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Q&A: Cosmology

Can there be a parallel existence?

Many scientists have speculated that there may be universes other than ours. Proving it is another matter. See the book by Martin Rees, Before the Beginning for a discussion of how the universe may consist of many different interacting universes. Another interesting idea is that a "shadow" or "mirror" universe exists that could explain the dark matter.

Another is the many-worlds interpretation of quantum mechanics. Quoting from an interview with David Deutsch, one of the foremost expositors of this theory today: "It is rather like the discovery of other planets or other galaxies. Having previously known only the Milky Way, we did not just find that there are vast numbers of stars out there, far more than in the Milky Way. There are more galaxies out there than there are stars in the Milky Way. We also found that most of the stars outside the Milky Way are actually arranged in other little Milky Ways themselves. And that is exactly what happens with parallel universes. It is of course only an analogy but quite a good one; just like the stars and galaxies, the unseen parts of reality are arranged in groups that resemble the seen part. Within one of these groups, which we call a parallel universe, the particles all can interact with each other, even though they barely interact with particles in other universes. They interact in much the same way as the ones in our seen universe interact with each other. That is the justification for calling them universes. The justification for calling them parallel is that they hardly interact with each other, like parallel lines that do not cross. That is an approximation, because interference phenomena do make them interact slightly. "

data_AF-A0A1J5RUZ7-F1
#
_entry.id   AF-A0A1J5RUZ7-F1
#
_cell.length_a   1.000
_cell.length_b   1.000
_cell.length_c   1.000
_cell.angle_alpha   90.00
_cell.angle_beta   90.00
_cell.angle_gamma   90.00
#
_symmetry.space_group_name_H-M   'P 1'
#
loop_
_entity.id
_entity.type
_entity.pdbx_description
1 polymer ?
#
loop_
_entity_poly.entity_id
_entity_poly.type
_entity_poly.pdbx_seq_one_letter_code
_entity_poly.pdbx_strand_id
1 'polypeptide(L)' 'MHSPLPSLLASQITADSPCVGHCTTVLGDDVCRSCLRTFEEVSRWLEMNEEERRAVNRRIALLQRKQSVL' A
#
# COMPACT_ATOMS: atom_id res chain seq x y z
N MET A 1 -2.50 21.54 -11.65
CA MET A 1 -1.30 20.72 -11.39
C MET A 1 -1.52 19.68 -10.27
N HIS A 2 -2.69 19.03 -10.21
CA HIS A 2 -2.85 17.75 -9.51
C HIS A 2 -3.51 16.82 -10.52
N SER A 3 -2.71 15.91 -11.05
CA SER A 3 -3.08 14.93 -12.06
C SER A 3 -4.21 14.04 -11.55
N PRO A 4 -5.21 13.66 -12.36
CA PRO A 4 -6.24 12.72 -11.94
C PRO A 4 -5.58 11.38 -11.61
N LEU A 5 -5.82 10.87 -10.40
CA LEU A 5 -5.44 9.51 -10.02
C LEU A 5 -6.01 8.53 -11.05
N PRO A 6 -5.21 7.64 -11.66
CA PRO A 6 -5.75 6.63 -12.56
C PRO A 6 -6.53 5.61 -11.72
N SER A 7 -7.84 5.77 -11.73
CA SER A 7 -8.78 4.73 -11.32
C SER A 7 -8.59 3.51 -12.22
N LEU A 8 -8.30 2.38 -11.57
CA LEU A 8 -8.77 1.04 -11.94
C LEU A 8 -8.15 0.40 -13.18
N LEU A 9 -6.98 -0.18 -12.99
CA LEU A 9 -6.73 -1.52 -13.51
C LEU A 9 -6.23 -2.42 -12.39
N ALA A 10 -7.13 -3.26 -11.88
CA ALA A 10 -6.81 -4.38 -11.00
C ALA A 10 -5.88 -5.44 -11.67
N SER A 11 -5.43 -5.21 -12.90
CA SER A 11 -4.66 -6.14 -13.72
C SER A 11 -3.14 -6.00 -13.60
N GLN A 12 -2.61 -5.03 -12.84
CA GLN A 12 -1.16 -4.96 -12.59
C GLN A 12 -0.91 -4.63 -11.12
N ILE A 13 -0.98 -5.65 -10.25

Also see the article by M. Tegmark and J. Wheeler in the Feb. 2001 issue of Scientific American: 100 Years of Quantum Mysteries

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